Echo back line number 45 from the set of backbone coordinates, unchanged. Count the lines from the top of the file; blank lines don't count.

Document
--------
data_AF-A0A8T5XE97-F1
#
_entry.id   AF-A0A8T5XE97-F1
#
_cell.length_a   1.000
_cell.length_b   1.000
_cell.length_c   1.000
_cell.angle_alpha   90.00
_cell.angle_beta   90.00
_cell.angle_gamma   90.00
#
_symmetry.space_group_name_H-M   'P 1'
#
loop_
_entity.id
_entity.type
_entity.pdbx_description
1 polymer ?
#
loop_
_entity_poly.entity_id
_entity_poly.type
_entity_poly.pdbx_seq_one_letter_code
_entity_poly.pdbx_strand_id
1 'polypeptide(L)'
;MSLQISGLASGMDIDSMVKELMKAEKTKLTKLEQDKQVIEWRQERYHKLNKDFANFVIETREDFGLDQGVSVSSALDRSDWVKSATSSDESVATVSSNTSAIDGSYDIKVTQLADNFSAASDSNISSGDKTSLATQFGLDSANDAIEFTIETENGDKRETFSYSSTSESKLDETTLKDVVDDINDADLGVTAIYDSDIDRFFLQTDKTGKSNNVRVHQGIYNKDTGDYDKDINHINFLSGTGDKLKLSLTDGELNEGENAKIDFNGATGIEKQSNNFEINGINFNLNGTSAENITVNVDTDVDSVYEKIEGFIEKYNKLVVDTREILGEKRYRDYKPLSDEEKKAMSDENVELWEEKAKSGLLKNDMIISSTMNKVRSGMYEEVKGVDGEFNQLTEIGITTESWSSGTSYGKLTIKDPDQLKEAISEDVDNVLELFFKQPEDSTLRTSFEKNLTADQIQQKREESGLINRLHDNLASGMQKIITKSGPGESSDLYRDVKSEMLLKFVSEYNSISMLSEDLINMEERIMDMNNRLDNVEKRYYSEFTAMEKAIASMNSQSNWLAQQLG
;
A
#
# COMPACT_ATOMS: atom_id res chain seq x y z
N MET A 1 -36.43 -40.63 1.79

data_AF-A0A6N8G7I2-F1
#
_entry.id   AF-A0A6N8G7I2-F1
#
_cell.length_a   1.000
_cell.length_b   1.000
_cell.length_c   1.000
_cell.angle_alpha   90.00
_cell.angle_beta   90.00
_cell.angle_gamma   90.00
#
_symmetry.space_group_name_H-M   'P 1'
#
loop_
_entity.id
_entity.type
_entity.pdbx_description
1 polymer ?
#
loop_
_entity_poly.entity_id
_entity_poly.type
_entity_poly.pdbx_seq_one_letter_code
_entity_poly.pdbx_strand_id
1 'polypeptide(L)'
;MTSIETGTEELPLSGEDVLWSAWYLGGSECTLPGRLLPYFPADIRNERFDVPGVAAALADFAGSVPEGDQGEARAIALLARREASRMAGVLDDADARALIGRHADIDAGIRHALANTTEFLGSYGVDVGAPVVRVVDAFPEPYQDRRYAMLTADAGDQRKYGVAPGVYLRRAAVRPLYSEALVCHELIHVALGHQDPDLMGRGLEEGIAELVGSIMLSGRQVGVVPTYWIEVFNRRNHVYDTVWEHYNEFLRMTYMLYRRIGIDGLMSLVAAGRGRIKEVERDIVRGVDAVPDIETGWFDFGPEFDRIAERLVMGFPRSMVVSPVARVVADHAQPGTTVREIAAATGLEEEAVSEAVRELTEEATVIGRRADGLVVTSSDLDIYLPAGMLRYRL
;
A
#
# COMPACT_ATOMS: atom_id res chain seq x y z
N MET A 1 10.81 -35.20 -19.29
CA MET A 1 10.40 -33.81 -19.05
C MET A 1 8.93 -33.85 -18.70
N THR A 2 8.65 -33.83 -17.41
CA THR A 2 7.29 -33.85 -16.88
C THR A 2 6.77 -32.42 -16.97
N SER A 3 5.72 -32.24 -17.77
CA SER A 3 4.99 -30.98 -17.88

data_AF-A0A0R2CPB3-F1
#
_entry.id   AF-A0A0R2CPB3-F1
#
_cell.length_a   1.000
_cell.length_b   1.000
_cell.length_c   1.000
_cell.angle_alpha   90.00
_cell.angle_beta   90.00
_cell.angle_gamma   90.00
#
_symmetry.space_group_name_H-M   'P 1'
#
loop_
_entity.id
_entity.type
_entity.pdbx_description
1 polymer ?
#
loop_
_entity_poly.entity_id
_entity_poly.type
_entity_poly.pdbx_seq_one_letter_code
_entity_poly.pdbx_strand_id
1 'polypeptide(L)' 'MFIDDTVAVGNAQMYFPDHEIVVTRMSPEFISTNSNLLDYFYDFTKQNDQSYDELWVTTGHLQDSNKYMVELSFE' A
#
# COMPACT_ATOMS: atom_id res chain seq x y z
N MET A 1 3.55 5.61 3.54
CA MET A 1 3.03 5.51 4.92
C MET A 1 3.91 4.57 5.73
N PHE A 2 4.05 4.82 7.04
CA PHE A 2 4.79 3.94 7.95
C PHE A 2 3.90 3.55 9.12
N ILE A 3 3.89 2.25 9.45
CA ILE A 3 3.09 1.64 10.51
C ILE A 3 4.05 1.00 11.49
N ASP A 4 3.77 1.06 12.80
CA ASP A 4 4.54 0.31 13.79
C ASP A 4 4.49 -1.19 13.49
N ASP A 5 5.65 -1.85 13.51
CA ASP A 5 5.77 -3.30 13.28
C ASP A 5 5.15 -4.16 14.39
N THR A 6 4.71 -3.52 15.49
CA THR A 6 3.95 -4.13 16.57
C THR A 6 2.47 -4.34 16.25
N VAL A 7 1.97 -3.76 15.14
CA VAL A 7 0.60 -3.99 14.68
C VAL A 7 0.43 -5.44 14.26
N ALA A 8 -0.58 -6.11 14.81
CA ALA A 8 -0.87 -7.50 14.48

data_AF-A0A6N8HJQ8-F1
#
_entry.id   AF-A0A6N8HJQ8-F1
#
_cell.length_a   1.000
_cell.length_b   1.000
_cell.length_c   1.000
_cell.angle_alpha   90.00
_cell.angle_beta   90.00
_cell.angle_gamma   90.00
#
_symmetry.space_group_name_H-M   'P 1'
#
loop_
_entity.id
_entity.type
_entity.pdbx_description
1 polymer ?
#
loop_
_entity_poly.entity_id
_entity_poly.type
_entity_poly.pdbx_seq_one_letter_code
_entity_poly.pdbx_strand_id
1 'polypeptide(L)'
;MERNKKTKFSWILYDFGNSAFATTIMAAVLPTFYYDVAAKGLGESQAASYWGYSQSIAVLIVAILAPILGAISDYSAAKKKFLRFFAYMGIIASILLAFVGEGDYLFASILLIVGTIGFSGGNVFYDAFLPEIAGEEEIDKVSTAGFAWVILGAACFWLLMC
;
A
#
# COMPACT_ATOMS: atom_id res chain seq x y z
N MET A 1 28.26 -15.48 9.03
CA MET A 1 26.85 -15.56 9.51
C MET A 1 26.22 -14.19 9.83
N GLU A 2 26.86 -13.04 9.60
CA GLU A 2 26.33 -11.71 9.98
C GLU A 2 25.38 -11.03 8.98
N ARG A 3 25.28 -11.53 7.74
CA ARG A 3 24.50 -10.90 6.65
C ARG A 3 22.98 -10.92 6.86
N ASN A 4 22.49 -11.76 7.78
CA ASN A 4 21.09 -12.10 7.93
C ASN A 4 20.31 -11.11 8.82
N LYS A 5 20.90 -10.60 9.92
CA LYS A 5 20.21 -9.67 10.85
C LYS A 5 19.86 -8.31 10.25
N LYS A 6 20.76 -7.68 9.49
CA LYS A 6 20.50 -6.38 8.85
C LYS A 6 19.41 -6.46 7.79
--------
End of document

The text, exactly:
loop_